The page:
Time To Invent

Xioazhou Sean Zhou
As a postdoctorate fellow in Ah-Hyung (Alissa) Park’s lab, Xioazhou Sean Zhou developed a process for recycling iron and steel slag into reusable materials. (All photos in this article by Timothy Lee Photographers)

Late last May, Xiaozhou Sean Zhou, an associate research scientist at the Lenfest Center for Sustainable Energy, was at the center of a press conference at the Columbia Global Center in Beijing. He and Alissa Park, professor in the departments of earth and environmental engineering and chemical engineering, unveiled their plans to build a $4–5 million pilot plant at the Baotou Iron and Steel (Group) factory in Inner Mongolia, China, to an audience of Baotou Steel and top Chinese government officials, members of the Chinese media, and the U.S. Embassy counselor. Just three years ago, when he was transitioning from a PhD to a postdoctoral fellow in Park’s lab, Zhou developed a chemical process that turns iron and steel manufacturing waste, or slag, into valuable materials that can be safely reused in a variety of industries, while also reducing overall carbon emissions.

In spring 2015 he and Park won a three-year U.S.-China EcoPartnership with Baotou Steel to demonstrate and commercialize their technology, moving from a lab demonstration unit to a newly built pilot plant. He was also one of six postdoctoral fellows selected for the first cohort of the Translational Fellows Program (TFP), an initiative launched by Dean Mary Boyce to provide funding and resources to research scientists who want to commercialize their research originating at Columbia Engineering by licensing or creating a startup.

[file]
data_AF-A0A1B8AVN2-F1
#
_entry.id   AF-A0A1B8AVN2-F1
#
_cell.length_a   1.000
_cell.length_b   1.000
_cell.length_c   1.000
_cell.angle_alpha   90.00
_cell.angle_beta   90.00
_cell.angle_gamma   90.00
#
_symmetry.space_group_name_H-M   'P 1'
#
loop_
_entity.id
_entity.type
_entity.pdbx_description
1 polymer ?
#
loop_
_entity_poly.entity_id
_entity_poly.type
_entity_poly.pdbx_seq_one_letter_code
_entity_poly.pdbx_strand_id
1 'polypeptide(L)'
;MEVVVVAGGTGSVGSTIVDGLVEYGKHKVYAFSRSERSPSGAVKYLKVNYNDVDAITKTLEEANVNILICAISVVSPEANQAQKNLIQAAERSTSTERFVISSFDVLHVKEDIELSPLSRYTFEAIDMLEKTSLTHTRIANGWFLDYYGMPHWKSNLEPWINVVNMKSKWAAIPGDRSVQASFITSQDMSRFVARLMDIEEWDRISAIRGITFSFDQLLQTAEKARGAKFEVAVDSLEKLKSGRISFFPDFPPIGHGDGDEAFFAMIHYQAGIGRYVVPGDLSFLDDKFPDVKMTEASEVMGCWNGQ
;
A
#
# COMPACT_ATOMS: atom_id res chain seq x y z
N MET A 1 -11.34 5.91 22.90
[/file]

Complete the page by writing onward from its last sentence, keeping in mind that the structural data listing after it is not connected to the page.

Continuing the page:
Xioazhou Sean Zhou
Left to right: Jianzhong Cheng, Gangsheng Wu, Wenjian Yu, and Yizhong Wang of Baotou Steel; Scott Smouse, an adviser to the U.S. Department of Energy; Shih-Fu Chang, Xiaozhou (Sean) Zhou, and Ah-Hyung (Alissa) Park of Columbia Engineering; and Vatsal Bhatt of Brookhaven National Laboratory

Dean Boyce realized that postdoctoral fellows and advanced graduate students are at a particularly good point in their careers to commercialize their research and that support from the School could be crucial to move on to the next step. “Postdocs and PhD students are fearless, and that’s the perfect time to ignite the spark of creativity,” she said. “They are at the beginning of their careers, working with faculty to hone their skills and gain expertise in their field. This is an especially fruitful moment to nurture discovery and help them translate their innovations into tangible benefits for humanity.”

Officials from Baotou Iron and Steel (Group) Officials from Baotou Iron and Steel (Group) met with Columbia Engineering faculty and toured Zhou’s lab.

With support from the program, Zhou and Park launched their startup, GreenOre CleanTech LLC, in summer 2016, and that fall they commissioned a demonstration system with the capacity to process 10 metric tons of slag per year. Currently in operation at the Engineering School, the system is on track to process up to 300 kilograms by December 2017. In fall 2017 they will begin installing their project in Inner Mongolia, and they expect to complete construction by summer 2018, when they will start their pilot study. If the project is successful, Zhou sees a large global market for his slag treatment technology—virtually every country that is making or has made steel, iron, and aluminum is a potential customer.

“The Translational Fellows Program has given me opportunities galore to talk to different people, especially in the business world,” Zhou said. “By creating a synergy between my newly learned entrepreneur skills and the science and engineering knowledge I gained during my PhD work at SEAS, the program quickly prepared me for the startup launch and the subsequent daily challenges.”

The Translational Fellows Program is one of the many ways that Columbia Engineering is helping its students and faculty accelerate the movement of research from the laboratory to the marketplace. A competitive, nominationbased postdoctoral research program, TFP funds 20 percent of the salary—one day per week—of the selected fellows for


By Holly Evarts